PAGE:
Friends encouraged me to visit Cedar Key, and now I'm wondering why I've never been before, and when I can return. The town of said name was incorporated in 1869, and is located on Way Key, part of a group of 6 islands referred to as the Cedar Keys. The boom years for the area were the 1880's when the population peaked at 1,887, but today's estimate is 857.
Cedar Key is a quaint, Old Florida town with a single gas station, a local food market, a few shops and restaurants, and an abundance of open space for outdoor activities. Situated on the Gulf of Mexico and the lower Suwannee River, Native Americans called it home for more than 5,000 years; John Muir arrived here in 1867 upon completing a 1,000 mile walk; and the Cedar Key National Wildlife Refuge was established in 1929, today comprising 13 islands.
In the few miles I traveled, I watched a sounder of wild boar run (15' away!), a pod of dolphins swim at sunset, and an unlimited number and variety of birds in flight, including an american eagle.
The small town is surrounded by one of the largest undeveloped estuaries in the country and is a draw to kayak, fish, hunt, hike, bike, birdwatch, and enjoy the sunset. And, while I did enjoy cycling, trail walking, camping, chatting with locals, and sunsets at the pier, I must return.
I was so in relax mode that I missed visiting the Cedar Key Museum State Park and the Historical Society, but even more shocking, the restaurants closed before I enjoyed a night out in this "clam chowder capital".
Cedar Key hasn't seen the last of me!
On Friday the 13th (honestly), I got a call from my Leesburg friends that he had a sore throat and they were now quarantined for 3 days awaiting testing. So sadly, we didn't enjoy a few days of fun this year after all. That same night, a friend (in healthcare) wrote to ask, "Where are you hunkered down for Covid-19?," and offered me a place to stay in Maryland.
But, my biking and camping trip in Lafayette, Louisiana was still on, multiple reservations were in place, and I was heading northwest as planned. El pronto, I dialed Shellmound Campground and alleluia, they'd find a tent spot for me, and off I went on Saturday to visit Cedar Key, 4 days earlier than expected.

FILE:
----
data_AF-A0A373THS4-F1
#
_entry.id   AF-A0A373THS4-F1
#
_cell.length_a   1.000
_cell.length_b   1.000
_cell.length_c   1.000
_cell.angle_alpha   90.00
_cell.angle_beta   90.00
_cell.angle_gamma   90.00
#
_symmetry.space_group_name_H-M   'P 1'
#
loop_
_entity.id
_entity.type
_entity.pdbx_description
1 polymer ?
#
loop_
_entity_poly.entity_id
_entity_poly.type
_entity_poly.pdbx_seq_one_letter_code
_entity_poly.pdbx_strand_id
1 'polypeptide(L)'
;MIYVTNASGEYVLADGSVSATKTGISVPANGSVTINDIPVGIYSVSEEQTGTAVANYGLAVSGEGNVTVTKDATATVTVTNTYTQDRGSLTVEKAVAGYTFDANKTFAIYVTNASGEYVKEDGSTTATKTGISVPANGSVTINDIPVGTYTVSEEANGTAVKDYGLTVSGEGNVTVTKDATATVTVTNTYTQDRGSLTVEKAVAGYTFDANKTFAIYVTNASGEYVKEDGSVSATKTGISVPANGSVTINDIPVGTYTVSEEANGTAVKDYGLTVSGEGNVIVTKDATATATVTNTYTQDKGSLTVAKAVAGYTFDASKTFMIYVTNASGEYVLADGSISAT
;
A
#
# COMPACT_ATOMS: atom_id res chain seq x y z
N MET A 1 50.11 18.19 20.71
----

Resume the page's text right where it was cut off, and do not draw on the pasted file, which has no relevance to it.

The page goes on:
The weekend was busy with local families and tourists camping, as well as day visitors fishing, boating, and trail walking. My first night I had to pitch my tent in the day use picnic area for lack of any other option, but happily moved to a waterfront spot on Sunday afternoon when most locals returned home, and some tourists started their end-of-season trek north. My sister emailed to offer me a place to stay, but driving to winter in Massachusetts wasn't anywhere on my radar at this point.
It wasn't until Tuesday the 17th that life began to distinctly change. I woke to two cancellations via email -- my next sleeping spot a week away in Gainesville (now in lockdown), and my ultimate destination -- Cycle Zydeco in Lafayette, Louisiana! That same morning, Florida announced the closure of all state park campgrounds. Thus began two days of minor panic as I realized that (a) I was truly homeless, (b) a serious health crisis was unfolding, and (c) my next 7 planned destinations, across 5 states through May, no longer made sense (or no longer existed).
It was sheer luck that I was hunkered down in a small town, and at a county campground, but the closure timing was an unknown variable. By now, however, we were a fairly tight knit group of travelers, and most of us were asking the same questions -- "What's still available?, How busy are the highways?(as the Canadian border was closing, too), and What about supplies like food, gas, etc?"
People were kindly sharing information (the National Forests and private campgrounds were still open; the highways were jammed; some Airbnb hosting existed), while I was kicking tires within a couple of hours drive for a bed or a campsite. I would've been really happy to simply stay in my tent in this beautiful place, but in the end decided that a known entity was the best solution. On Sunday the 22nd, I pointed the Element southeast once again to an Airbnb in Melbourne that's oh-so-familiar to me.
Cyclist, writer, teacher, avid reader, bike/ped advocate, nomad, pie lover